Reading and writing

May 262012
iOS game: trainchinese Chinese Writer gets new feature

Chinese Writer by trainchinese is an app that makes learning to write hanzi with proper stroke order into a game. I first reviewed it in April 2011 and it keeps getting better (see here and here). To recap how the game works, characters drop from the top of the screen with gradually increasing swiftness; you tap each one and then try to write it properly as quickly as possible. You get bonuses for writing quickly; wrong strokes are penalized. Failure to complete the character in time costs you a “life.” Lose five lives and the game is over. In earlier versions, you traced over the character, which tested your knowledge of stroke order, but not your recall of the character. You could do very well without actually knowing the words, so long as you knew the rules of stroke order and had fast fingers. This update adds the option to … [read more]

May 262012
iOS app: Pinyinizer

Pinyinizer is an app for adding pinyin phonetic guide text (ruby text) automatically to Chinese characters. You simply type or paste a text in hanzi into the box and click the “Pinyinize” button. An internet connection is required. The result is a nice display with large characters and smaller, red pinyin above them. You can also hear line-by-line audio. The quality of the text-to-speech was quite good. The app is powered by Google Translate. Tapping a button gives you the option to print or e-mail the Pinyinized text. I could not print from the app, however; it simply hung after tapping the Print button. I needed to completely quit the app before I could use it again. In the iOS and Mac Mail apps, the Pinyinized text looks just like it does in the Pinyinizer app, but without the audio icons. Looking at the message source code revealed (unsurprisingly) that … [read more]

May 202012
Showdown: iOS apps for Chinese OCR

This blog has discussed several options for performing OCR on Chinese texts, but the options all required a desktop or laptop computer (Google Docs, Adobe Acrobat, Sciweavers i2OCR). In this post, we’ll look at several options for OCRing Chinese on iOS devices. The contenders: ABBYY TextGrabber + Translator is an OCR app that supports many languages and ties into Google Translate. LRDict is a Chinese dictionary app that has an OCR feature. I used the lite version for testing. Pleco Chinese Dictionary is an app with several tools for studying Chinese, primarily a free dictionary; OCR is a paid add-on. All of these require starting from an image file, not a PDF. You can take a photo with your device’s camera or import one from the Photos app. My tests used two different photos taken with an iPhone 4S and iPad 3, so your results may vary. Round one A page … [read more]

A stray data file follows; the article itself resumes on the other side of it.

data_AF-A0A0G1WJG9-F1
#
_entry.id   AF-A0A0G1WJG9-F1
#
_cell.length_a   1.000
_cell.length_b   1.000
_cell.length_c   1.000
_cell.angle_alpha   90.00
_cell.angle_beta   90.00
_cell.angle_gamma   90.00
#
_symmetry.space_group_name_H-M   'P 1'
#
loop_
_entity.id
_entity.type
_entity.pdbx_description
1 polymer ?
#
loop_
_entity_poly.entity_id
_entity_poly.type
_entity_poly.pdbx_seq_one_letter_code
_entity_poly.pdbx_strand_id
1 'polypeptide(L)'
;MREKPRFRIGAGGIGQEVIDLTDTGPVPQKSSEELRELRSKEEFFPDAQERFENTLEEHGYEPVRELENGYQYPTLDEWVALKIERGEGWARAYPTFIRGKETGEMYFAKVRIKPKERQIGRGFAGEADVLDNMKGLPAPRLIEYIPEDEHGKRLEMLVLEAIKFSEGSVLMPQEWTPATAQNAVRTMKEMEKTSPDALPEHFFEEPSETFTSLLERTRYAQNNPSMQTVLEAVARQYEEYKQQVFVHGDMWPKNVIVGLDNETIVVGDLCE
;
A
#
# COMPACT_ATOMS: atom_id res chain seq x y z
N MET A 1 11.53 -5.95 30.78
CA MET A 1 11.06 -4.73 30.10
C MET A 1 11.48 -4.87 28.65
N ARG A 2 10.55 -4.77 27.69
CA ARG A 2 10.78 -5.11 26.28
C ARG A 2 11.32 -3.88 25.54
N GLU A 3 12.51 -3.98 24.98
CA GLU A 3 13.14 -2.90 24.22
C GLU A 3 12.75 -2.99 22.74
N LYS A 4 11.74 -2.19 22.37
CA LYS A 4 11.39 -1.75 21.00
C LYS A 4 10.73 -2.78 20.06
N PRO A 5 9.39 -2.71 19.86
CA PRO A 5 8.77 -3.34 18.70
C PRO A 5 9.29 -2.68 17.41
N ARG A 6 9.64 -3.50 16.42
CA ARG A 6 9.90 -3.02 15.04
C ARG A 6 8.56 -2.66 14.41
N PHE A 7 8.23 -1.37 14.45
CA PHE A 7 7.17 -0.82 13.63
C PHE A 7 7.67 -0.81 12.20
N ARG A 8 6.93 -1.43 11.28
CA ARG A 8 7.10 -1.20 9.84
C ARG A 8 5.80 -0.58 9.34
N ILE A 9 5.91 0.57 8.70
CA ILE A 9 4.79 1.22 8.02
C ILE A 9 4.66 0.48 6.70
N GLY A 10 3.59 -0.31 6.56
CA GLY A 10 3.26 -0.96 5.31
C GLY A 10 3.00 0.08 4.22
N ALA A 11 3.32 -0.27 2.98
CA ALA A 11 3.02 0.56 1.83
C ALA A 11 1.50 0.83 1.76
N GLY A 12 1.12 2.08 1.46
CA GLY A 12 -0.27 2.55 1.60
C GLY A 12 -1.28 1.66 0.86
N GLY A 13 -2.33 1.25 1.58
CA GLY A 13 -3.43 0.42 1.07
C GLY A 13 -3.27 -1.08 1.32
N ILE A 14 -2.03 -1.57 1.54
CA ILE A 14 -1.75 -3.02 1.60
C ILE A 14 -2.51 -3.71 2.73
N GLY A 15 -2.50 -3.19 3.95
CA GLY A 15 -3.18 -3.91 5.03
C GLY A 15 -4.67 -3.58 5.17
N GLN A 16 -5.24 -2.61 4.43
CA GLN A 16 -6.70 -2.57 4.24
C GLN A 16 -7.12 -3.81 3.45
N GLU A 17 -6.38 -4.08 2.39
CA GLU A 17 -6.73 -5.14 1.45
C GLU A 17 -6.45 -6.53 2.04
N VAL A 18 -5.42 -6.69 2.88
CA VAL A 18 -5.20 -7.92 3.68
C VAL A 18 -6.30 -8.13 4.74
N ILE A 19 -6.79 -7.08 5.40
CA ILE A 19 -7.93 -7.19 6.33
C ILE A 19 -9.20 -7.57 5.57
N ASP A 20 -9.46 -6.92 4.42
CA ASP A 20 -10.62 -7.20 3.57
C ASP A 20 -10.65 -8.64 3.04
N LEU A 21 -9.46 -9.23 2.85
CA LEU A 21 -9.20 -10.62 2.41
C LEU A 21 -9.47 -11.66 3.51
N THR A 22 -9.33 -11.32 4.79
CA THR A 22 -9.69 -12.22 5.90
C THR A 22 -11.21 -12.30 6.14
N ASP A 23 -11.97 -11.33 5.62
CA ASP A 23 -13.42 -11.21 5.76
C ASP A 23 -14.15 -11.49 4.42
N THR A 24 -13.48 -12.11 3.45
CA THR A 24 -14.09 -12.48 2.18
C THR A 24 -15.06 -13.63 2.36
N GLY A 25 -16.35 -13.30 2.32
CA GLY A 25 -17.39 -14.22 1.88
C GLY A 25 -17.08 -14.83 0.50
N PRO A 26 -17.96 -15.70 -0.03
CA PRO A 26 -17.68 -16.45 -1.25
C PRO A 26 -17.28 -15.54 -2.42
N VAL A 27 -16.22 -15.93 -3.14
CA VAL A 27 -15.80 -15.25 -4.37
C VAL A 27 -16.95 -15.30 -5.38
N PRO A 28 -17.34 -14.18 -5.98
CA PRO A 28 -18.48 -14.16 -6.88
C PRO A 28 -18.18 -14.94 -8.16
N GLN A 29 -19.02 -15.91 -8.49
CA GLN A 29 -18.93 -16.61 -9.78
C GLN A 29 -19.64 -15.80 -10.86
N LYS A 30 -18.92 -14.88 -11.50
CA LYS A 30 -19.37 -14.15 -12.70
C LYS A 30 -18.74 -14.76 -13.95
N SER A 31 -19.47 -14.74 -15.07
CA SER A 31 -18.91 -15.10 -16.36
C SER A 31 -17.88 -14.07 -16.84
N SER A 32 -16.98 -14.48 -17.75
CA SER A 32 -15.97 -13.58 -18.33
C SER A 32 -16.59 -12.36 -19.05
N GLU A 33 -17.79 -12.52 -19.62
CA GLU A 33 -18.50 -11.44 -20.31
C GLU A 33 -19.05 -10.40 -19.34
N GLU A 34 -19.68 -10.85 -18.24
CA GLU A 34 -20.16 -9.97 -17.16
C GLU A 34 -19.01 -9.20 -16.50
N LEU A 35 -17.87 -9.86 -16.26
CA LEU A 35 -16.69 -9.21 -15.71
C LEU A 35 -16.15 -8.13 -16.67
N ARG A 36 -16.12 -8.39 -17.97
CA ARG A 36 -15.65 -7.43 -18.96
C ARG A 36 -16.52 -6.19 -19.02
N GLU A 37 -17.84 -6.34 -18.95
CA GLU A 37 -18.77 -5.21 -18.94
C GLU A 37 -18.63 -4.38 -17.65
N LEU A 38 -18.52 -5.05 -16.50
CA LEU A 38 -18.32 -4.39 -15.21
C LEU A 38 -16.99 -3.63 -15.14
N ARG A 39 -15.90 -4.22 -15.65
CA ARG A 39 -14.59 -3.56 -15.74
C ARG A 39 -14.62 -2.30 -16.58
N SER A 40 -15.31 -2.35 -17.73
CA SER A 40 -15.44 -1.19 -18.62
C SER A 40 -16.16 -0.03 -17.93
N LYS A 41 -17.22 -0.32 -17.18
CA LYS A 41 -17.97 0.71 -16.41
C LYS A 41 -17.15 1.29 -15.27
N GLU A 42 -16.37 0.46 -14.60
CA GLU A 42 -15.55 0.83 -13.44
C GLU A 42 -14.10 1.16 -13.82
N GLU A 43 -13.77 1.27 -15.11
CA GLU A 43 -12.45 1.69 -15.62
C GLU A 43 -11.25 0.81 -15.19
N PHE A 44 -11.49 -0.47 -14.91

May 142012
Chrome Language Immersion browser plug-in

The web is, of course, a limitless source of authentic reading material for students of Chinese (not to mention other languages). But only quite advanced students can read most unadapted web pages. So there has been a fair amount of excitement online (Lifehacker, Engadget, EdSurge newsletter) about a plug-in for the Google Chrome browser called Language Immersion for Chrome that aims to turn any webpage into level-appropriate reading material for language students. Well, that may be overstating its goals; perhaps it would be more accurate to say that the plug-in lets you work some language study into your regular web browsing. Once installed, you start from a page in English (for example) and at the click of a button, the plug-in translates some words and phrases into the language of your choice (including either simplified or traditional Chinese). The number of words/phrases translated into the target language is determined by a setting matched to … [read more]

Apr 222012
Harvard's "lion turtle"

A sure sign that spring has sprung in Harvard Yard (apart from the overpowering smell of mulch) is the reappearance of the Harvard University bixi from its winter wrapping. The term bìxì (赑屃 / 贔屭) refers to a dragon with the body of a tortoise. Stone bixi often serve as a base for a tablet or stele. The 17-foot tall, 20+ ton marble sculpture was given to the university on the occasion of its tercentennial in 1936 by alumni who were members of Harvard Clubs in China. Although the bixi dates from the Qing dynasty, it was re-inscribed for Harvard. The annual winter wrapping, however, only began in the late ’90s and the inscription is severely eroded. The following transcription is taken from the Wikimedia page devoted to the bixi. 文化为国家之命脉国家之所以兴也繇于文化而文化之所以盛也实繇于学深识远 见之士知立国之本必亟以兴学为先创始也艰自是光大而扩充之而其文化之宏往 往收效于数百年间而勿替是说也徵之于美国哈佛大学滋益信矣哈佛约翰先生于 三百年前由英之美讲学于波士顿市嗣在剑桥设立大学即以哈佛名之规制崇闳学 课美备因而人才辈出为世界有名之学府与美国之国运争荣哈佛先生之深识远见 其有造于国家之文化也大矣我国为东方文化古国然世运推移日新月异志学之士 复负笈海外以求深造近三十年来就学于哈佛大学学成归国服务于国家社会者先 后几达千人可云极盛今届母校成立三百年纪念之期同人等感念沾漑启迪之功不 能无所表献自兹以往当见两国文化愈益沟通必更光大扩充之使国家之兴盛得随 学问之进境以增隆斯则同人等之所馨香以祝而永永纪念不忘者尔 西历一九三六年九月哈佛大学中国留学生全体同人敬立 A partial translation appears on the bixi’s Wikipedia page. … [read more]